Software Analysis Techniques


This document describes various techniques used during the analysis phase of software development. More specifically, the techniques described here grew out of experience in the multi-threaded event driven embedded systems domain, but much of what is described is applicable to software development in general.

Analysis is the process of understanding the problem that is to be solved. In its most informal sense, analysis is what we do when we think about the problem. Contrast this with design, which is thinking about how to solve the problem. The more accurate our analysis of a problem, the more likely we are to be able to design a solution that actually solves the problem completely. Since all but the most trivial problems are actually compond problems, it is all to easy to only solve part of a problem correctly.

It is important to note that analysis is the process of understanding the problem, not one of defining the problem. The definition of the problem is established by requirements. Requirements are rarely (if ever) complete when a new problem (project) is started. Questions concerning specific requirements inevitably arrise during analysis. Such questions should always be answered by adding the new requirement to the appropriate documentation with an explanation of the reason for the requirement.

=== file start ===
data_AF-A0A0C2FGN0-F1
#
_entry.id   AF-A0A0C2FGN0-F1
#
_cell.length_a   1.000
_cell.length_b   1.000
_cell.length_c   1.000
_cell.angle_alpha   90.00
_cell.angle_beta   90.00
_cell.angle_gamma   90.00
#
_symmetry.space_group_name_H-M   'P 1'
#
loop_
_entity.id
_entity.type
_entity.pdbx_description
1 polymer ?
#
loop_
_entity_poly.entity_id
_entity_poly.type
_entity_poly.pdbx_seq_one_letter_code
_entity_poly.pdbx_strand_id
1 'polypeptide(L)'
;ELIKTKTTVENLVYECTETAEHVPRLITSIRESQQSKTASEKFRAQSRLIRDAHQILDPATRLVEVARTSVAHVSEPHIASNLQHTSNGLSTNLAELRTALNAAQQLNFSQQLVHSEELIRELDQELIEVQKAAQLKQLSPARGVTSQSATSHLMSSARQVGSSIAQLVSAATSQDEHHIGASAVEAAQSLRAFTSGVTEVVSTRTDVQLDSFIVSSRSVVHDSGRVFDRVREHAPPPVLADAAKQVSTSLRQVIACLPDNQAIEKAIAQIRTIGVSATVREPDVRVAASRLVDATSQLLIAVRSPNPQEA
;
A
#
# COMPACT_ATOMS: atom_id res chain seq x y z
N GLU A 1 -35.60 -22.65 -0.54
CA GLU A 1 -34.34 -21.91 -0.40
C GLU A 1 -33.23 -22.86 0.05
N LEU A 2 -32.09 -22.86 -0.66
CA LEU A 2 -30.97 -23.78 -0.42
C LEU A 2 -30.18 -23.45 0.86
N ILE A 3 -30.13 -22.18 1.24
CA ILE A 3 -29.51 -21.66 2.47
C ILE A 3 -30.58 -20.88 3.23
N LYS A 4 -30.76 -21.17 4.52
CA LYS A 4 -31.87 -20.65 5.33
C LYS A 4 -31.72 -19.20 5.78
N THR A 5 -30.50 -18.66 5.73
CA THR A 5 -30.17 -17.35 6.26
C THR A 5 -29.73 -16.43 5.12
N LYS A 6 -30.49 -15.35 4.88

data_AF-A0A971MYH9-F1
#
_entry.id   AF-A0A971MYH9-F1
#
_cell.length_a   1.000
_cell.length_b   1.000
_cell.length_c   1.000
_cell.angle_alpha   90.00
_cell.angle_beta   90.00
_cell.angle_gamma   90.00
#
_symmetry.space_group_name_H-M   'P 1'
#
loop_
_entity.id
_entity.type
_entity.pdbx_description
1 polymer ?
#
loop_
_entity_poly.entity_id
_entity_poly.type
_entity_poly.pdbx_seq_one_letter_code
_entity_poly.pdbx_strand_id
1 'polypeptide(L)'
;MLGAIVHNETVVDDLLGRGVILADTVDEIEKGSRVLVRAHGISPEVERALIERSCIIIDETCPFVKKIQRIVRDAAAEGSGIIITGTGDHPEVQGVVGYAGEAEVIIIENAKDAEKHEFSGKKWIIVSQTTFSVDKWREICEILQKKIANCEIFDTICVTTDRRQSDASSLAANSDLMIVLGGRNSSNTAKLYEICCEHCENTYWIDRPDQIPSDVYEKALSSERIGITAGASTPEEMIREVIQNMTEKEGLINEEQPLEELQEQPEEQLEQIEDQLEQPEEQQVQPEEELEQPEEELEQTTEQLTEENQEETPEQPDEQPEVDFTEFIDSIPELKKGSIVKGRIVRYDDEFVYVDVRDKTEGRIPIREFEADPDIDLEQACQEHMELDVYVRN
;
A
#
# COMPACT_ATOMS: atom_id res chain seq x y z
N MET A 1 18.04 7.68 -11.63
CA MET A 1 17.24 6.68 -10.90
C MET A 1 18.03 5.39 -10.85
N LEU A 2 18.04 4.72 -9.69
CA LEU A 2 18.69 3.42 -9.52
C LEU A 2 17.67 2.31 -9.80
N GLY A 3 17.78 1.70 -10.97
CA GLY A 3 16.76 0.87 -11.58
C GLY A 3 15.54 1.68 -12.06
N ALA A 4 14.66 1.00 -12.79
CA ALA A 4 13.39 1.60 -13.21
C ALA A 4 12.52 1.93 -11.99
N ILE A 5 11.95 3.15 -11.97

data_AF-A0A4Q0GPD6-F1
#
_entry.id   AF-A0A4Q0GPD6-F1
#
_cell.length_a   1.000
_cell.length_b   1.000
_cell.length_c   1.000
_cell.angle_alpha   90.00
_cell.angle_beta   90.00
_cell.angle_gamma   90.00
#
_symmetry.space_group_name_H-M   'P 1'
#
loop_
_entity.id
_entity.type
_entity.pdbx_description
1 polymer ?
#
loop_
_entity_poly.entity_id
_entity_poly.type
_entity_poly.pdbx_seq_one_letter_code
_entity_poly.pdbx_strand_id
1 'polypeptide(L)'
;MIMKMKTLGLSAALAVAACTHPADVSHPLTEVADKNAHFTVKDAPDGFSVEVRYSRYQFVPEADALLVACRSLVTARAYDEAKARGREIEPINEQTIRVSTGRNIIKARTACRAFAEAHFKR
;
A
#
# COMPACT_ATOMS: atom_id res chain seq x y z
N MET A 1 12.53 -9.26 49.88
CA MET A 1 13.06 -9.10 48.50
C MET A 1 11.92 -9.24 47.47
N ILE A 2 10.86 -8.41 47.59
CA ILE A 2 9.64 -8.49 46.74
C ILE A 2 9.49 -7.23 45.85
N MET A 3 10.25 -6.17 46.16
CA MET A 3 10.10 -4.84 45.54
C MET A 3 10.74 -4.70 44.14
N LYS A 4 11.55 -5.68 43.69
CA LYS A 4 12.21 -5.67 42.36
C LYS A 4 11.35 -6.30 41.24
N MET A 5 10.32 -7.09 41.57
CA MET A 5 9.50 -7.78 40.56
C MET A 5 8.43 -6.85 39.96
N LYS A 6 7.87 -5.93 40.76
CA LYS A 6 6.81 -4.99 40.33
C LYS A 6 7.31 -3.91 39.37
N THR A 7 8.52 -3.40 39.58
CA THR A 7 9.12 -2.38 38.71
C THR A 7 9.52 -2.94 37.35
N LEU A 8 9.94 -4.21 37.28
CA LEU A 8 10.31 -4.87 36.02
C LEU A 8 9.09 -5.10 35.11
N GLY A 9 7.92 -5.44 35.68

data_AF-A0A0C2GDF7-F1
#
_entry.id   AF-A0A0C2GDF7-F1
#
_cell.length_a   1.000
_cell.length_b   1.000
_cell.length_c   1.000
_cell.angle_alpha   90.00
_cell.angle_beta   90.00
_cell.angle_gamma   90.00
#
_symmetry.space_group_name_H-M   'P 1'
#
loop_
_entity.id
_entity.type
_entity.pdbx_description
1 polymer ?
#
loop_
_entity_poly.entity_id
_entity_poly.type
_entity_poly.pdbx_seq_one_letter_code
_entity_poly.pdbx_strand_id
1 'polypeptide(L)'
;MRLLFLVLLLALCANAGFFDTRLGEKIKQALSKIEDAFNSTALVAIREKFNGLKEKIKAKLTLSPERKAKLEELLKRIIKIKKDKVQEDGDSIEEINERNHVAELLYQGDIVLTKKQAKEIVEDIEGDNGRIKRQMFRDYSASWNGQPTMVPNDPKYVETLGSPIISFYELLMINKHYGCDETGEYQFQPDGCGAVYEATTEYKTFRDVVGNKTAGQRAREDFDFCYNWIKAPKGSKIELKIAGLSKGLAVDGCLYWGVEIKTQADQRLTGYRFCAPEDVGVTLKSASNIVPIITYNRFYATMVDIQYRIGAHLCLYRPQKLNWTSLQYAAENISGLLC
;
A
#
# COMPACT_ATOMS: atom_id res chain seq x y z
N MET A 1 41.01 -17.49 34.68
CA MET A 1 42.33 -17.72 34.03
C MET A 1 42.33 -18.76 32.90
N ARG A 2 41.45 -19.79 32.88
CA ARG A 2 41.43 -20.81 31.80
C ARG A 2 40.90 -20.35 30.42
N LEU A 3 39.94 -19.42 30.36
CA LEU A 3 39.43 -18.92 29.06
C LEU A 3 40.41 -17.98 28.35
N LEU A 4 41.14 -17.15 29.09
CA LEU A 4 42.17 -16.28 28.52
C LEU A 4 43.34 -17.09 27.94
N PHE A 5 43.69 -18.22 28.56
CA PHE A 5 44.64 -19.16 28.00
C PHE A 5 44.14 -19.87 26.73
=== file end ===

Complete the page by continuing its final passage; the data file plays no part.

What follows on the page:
When analysis gives rise to new requirements the waterfall model is violated. Requirements for a new non-trivial problem are never perfectly complete, and thus the waterfall model of development does not reflect the reality of the development cycle. The two stages are dependent upon one another, and the acknowledgement of this relationship is the basis of the iterative development model.

The output of an analysis is a document that describes the problem to be solved in a way that can be easily referenced

Establish Problem Boundaries

Identifying System Interfaces

Characterizing Interfaces

Periodic interface, as the name implies, require that information is transferred across the interface at regular intervals during normal operation. The direction of the transfer may be either an input or an output. Many real-time problems require that inputs be sampled with a minimum frequency, and the outputs updated at a related frequency. The deadline is directly related to these frequencies in that the processing between input and output must not take any longer than the period of the highest frequency.

Aperiodic interfaces are characterized by sporadic behavior with respect to the transfer of information across the interface. That is to say that information is not transferred across the interface at regular intervals, but rather as the information becomes available. General data communications interfaces are good examples of this type of interface. While data may only cross the interface at a maximum rate determined by the communications media, the arrival depends upon the types of applications that exist on the data communications channel.

Request/Response interfaces are typified by a client sending of a request to a server, and the server subsequently returning a response when the request is completed. Almost all procedural sub-routine calls can be characterized as request/response interfaces.

Identify Problem Domain Objects

Identify Relationships Between Objects

Here is a list of activities that are typically performed during the analysis phase.